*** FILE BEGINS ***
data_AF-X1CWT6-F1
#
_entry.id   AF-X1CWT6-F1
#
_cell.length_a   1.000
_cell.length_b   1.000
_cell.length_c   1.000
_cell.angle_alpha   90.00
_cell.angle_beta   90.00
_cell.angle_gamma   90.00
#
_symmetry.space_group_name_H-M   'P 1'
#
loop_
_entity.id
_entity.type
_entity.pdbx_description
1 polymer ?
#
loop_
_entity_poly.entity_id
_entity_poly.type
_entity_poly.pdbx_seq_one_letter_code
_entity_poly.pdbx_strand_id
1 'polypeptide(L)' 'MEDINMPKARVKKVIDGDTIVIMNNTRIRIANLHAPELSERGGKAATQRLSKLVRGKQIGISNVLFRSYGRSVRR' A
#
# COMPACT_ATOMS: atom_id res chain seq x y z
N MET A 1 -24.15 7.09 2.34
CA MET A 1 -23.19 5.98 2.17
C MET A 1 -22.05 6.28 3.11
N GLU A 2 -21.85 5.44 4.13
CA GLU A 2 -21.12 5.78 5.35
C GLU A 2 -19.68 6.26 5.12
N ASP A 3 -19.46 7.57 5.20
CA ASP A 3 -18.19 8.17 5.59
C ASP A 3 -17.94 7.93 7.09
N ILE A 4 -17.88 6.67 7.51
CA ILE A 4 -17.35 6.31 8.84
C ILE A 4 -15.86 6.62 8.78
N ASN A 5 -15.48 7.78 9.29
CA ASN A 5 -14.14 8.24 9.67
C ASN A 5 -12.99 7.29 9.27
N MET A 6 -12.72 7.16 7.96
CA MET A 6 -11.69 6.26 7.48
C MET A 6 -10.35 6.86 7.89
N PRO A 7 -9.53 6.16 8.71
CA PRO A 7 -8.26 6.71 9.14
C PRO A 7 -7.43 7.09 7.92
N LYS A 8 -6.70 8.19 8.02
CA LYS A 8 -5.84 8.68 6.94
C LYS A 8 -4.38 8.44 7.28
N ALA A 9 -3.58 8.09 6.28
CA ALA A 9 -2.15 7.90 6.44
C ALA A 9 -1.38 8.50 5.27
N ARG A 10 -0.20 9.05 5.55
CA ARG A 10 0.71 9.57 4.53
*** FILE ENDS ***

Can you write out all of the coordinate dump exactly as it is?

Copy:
data_AF-X1CWT6-F1
#
_entry.id   AF-X1CWT6-F1
#
_cell.length_a   1.000
_cell.length_b   1.000
_cell.length_c   1.000
_cell.angle_alpha   90.00
_cell.angle_beta   90.00
_cell.angle_gamma   90.00
#
_symmetry.space_group_name_H-M   'P 1'
#
loop_
_entity.id
_entity.type
_entity.pdbx_description
1 polymer ?
#
loop_
_entity_poly.entity_id
_entity_poly.type
_entity_poly.pdbx_seq_one_letter_code
_entity_poly.pdbx_strand_id
1 'polypeptide(L)' 'MEDINMPKARVKKVIDGDTIVIMNNTRIRIANLHAPELSERGGKAATQRLSKLVRGKQIGISNVLFRSYGRSVRR' A
#
# COMPACT_ATOMS: atom_id res chain seq x y z
N MET A 1 -24.15 7.09 2.34
CA MET A 1 -23.19 5.98 2.17
C MET A 1 -22.05 6.28 3.11
N GLU A 2 -21.85 5.44 4.13
CA GLU A 2 -21.12 5.78 5.35
C GLU A 2 -19.68 6.26 5.12
N ASP A 3 -19.46 7.57 5.20
CA ASP A 3 -18.19 8.17 5.59
C ASP A 3 -17.94 7.93 7.09
N ILE A 4 -17.88 6.67 7.51
CA ILE A 4 -17.35 6.31 8.84
C ILE A 4 -15.86 6.62 8.78
N ASN A 5 -15.48 7.78 9.29
CA ASN A 5 -14.14 8.24 9.67
C ASN A 5 -12.99 7.29 9.27
N MET A 6 -12.72 7.16 7.96
CA MET A 6 -11.69 6.26 7.48
C MET A 6 -10.35 6.86 7.89
N PRO A 7 -9.53 6.16 8.71
CA PRO A 7 -8.26 6.71 9.14
C PRO A 7 -7.43 7.09 7.92
N LYS A 8 -6.70 8.19 8.02
CA LYS A 8 -5.84 8.68 6.94
C LYS A 8 -4.38 8.44 7.28
N ALA A 9 -3.58 8.09 6.28
CA ALA A 9 -2.15 7.90 6.44
C ALA A 9 -1.38 8.50 5.27
N ARG A 10 -0.20 9.05 5.55
CA ARG A 10 0.71 9.57 4.53